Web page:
Bob Wolff, the only sportscaster to call play-by-play of championships in all four major North American professional team sports, has died.
His achievements also include being one of only two broadcasters, Curt Gowdy being the second, inducted into both the Baseball and Basketball Halls of Fame. His career has spanned so many different avenues, that Wolff held the distinction of getting to have interviewed Babe Ruth.
Wolff was born in New York City on November 29, 1920, and began his broadcasting career in 1939 as a student at Duke University. Wolff has also been honored with an induction into Madison Square Garden's Walk of Fame, the National Sportscasters and Sportswriters Hall of Fame, Sigma Nu Fraternity Hall of Fame, among others.
If you call yourself a Knicks or Yankees fan, you know the name Bob Wolff.
Long before Bob Wolff called Don Larsen's World Series ideal game, Alan Ameche's overtime touchdown for the Baltimore Colts in the 1958 National Football League championship game and loss after loss for the old Washington Senators, he broadcast Duke baseball games for WDNC.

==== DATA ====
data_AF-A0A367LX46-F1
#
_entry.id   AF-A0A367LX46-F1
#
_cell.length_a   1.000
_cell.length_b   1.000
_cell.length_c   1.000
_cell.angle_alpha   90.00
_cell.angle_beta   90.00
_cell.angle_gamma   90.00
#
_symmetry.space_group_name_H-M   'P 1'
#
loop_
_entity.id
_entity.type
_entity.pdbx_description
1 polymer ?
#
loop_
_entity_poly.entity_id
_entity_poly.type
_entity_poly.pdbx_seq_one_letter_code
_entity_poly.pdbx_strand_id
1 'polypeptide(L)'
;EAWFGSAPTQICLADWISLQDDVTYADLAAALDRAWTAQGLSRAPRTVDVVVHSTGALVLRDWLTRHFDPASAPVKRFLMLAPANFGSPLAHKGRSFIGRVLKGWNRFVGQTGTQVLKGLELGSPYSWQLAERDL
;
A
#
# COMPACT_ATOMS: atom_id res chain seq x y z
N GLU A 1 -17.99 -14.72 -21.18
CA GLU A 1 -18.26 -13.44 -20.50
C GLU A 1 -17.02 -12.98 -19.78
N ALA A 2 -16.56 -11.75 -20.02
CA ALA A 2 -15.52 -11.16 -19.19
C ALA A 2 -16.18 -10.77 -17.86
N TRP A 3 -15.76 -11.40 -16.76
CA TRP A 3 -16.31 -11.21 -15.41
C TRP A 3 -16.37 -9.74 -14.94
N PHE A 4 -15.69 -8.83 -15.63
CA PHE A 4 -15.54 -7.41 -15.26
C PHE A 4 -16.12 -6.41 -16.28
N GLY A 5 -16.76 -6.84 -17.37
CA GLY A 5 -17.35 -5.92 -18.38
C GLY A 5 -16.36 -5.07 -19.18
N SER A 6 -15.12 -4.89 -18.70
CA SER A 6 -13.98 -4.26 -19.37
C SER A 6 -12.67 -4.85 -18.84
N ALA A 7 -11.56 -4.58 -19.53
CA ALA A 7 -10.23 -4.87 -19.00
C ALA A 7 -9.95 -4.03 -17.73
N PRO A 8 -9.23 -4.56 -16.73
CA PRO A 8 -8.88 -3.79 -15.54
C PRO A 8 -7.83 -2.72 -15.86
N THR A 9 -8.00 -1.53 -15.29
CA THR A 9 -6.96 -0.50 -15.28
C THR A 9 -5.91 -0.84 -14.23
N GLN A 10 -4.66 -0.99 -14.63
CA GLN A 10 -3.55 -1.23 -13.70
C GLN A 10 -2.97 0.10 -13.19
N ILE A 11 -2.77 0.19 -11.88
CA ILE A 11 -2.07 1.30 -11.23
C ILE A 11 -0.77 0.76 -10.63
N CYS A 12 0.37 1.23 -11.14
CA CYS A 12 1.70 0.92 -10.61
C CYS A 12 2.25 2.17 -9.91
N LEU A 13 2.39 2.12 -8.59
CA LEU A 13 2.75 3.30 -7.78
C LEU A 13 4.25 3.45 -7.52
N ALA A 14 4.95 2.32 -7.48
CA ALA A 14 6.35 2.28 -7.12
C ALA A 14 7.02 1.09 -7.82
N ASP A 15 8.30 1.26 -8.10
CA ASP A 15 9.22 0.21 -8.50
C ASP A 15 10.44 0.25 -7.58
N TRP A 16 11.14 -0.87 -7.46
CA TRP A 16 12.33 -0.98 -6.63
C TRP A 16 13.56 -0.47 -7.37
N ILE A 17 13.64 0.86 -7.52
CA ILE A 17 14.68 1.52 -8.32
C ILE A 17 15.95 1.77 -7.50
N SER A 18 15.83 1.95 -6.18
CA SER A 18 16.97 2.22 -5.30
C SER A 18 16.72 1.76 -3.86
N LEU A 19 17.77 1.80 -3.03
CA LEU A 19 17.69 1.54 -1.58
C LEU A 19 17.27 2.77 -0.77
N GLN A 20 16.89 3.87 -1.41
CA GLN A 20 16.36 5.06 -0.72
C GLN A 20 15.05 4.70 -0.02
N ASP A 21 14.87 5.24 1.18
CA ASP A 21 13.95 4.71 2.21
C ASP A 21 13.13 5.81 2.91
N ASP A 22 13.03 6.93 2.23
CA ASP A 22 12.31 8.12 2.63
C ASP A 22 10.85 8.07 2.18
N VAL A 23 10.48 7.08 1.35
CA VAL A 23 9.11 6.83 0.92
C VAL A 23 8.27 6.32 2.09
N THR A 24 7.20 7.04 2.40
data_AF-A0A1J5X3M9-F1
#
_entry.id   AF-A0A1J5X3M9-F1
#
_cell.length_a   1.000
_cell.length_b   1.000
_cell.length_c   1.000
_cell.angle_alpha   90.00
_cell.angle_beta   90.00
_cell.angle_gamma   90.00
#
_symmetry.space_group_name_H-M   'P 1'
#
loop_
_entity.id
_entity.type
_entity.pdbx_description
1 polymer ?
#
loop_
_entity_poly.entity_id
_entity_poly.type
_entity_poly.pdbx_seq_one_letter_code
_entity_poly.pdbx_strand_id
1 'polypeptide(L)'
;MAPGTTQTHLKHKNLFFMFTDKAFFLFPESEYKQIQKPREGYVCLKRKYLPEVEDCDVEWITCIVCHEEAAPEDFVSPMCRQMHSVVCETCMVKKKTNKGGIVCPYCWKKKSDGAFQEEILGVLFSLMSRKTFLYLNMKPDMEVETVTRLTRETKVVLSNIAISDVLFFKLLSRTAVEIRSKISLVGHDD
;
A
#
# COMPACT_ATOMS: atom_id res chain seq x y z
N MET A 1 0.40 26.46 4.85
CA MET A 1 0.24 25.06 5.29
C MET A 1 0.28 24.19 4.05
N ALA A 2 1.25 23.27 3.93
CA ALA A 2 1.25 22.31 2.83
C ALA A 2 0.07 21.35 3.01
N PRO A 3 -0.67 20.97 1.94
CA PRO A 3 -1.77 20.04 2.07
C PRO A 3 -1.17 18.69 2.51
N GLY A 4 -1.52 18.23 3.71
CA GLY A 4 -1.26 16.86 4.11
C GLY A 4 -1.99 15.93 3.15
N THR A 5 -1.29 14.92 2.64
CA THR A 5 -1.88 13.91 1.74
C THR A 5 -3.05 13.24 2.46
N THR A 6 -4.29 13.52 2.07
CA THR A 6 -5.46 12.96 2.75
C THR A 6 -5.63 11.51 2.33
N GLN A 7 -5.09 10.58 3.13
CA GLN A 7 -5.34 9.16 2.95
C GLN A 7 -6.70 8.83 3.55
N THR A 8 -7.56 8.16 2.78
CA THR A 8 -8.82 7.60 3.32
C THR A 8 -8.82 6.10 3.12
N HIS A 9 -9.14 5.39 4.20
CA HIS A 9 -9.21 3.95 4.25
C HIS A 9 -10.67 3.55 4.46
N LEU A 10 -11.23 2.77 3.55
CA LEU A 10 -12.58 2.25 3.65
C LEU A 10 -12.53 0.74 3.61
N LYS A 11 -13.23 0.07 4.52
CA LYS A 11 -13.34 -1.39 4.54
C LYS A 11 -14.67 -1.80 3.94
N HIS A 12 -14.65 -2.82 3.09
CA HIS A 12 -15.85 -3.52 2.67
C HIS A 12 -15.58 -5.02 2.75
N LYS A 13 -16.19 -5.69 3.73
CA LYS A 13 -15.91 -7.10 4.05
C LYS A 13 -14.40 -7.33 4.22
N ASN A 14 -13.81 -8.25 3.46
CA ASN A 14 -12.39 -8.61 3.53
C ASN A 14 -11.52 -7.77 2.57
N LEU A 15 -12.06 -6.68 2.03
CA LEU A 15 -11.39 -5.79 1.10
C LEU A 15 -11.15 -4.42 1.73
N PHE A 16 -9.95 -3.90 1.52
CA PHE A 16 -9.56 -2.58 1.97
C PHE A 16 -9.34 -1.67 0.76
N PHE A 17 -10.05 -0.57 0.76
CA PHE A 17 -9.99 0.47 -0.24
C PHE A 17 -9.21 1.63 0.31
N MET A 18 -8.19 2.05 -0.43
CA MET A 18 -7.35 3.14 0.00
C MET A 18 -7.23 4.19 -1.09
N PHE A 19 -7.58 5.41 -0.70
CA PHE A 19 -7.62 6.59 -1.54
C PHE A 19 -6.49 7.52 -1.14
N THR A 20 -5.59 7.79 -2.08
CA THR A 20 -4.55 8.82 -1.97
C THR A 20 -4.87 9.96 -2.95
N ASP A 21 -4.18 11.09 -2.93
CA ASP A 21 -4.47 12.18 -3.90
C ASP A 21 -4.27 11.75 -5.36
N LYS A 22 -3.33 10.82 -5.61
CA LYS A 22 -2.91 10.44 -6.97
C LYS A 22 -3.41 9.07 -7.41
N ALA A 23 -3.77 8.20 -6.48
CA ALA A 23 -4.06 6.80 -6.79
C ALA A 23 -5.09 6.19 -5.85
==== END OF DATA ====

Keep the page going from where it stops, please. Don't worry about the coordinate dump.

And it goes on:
"Bob was a dear friend of the Yankees organization and he will be deeply missed". He then turned to broadcasting and began his professional career in 1939 on CBS News in Durham, North Carolina, and was later was seen and heard on News 12 Long Island, MSG Network programming.
In 2012, Guinness World Records certified Wolff had the longest known career as a sportscaster. He also became the first television play-by-play voice for the lowly Washington Senators, a job he kept through the team's transformation to the Minnesota Twins in 1961.
Wolff served in the U.S. Navy as a supply officer in the Pacific during World War II.
The veteran sportscaster is said to have died peacefully at his Nyack home in NY.
He is survived by his wife, Jane Hoy; his sons, Rick and Robert; daughter, Margy Clark; nine grandchildren; and 11 great-grandchildren.